Haydn: Symphony No. 22 (Philosopher); Symphony No. 49 (La Passione); Divertimentos: in A, Hob.X.10; in B flat, Op. 1/1, Hob.III.1

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COMPOSERS: Haydn
LABELS: Landor
ALBUM TITLE: Haydn
WORKS: Symphony No. 22 (Philosopher); Symphony No. 49 (La Passione); Divertimentos: in A, Hob.X.10; in B flat, Op. 1/1, Hob.III.1
PERFORMER: Sinfonia Classica/Gernot Süssmuth
CATALOGUE NO: LAN 282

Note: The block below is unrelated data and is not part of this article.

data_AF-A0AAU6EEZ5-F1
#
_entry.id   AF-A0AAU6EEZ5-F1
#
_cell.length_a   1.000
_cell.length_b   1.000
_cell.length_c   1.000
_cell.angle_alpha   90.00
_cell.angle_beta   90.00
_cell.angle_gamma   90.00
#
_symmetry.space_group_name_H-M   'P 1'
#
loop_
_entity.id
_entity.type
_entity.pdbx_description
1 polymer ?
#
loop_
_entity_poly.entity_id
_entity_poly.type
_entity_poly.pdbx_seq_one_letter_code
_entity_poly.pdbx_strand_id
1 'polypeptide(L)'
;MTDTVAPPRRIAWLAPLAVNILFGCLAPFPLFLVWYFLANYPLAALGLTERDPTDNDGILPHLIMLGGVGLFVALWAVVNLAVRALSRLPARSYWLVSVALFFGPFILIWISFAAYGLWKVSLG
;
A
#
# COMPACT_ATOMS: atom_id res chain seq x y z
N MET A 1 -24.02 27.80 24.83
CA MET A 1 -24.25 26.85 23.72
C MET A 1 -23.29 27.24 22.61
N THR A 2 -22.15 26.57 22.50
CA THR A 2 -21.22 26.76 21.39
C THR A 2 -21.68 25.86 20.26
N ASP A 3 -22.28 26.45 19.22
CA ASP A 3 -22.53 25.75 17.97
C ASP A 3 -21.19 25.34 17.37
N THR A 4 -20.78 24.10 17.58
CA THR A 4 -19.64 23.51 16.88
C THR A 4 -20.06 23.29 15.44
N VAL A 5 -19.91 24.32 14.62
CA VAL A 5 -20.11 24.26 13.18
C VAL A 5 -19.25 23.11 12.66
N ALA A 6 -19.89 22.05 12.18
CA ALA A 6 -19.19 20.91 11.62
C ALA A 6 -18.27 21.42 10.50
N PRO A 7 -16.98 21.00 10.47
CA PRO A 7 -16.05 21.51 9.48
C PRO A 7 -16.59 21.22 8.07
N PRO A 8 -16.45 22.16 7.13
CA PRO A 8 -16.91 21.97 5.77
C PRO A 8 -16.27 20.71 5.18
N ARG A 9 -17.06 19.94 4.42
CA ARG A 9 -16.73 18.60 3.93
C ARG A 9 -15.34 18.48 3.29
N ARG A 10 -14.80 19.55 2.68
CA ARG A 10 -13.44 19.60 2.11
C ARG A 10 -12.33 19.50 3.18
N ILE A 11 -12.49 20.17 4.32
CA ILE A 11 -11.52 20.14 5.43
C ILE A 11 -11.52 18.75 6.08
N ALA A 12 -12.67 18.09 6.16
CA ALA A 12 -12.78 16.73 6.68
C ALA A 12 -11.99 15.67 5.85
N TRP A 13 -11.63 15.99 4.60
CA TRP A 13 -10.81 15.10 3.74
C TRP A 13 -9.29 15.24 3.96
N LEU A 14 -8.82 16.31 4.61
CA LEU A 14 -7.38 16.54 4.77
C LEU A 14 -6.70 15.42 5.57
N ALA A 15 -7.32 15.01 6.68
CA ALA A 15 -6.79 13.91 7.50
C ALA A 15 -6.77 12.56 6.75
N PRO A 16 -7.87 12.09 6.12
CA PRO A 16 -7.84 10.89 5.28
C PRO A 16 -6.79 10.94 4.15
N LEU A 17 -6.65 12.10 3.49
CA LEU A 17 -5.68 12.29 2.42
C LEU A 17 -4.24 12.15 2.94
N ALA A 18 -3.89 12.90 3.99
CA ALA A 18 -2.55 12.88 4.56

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A peculiarity shared by all but one of these four works is that they begin with a slow movement. Even the first of the two divertimentos opens with an austere Adagio in the minor. The remaining two movements are less individual, though the final variations feature some spectacularly high-lying horn writing, expertly negotiated here by Mark Paine. The other divertimento is actually the five-movement string quartet Op. 1 No. 1, but there’s certainly no harm done in playing it with a larger body of strings, especially when it’s so inventively handled. The Philosopher Symphony No. 22 has a first movement whose sombre chorale melody is played in fortissimo alternation by a pair each of horns and cors anglais (lower-pitched cousins of the oboe), while the strings accompany in a soft unison staccato. Fascinating though that piece is, the greatest of the works here is the F minor Passione Symphony No. 49 – a product of Haydn’s Sturm und Drang phase of the late 1760s and early 1770s, with another dark-hued opening Adagio, this time offset by extraordinarily agitated and angular quick movements. The Sinfonia Classica under Gernot Süssmuth really breathes life into all these pieces, hitting on exactly the right colour and atmosphere for each. Süssmuth’s uncompromisingly blunt movement-endings take some getting used to, and perhaps he’s over-generous with the repeats, especially since they mostly sound like a carbon-copies of the first play-through; but he has put together an enterprising and rewarding programme. Strongly recommended. Misha Donat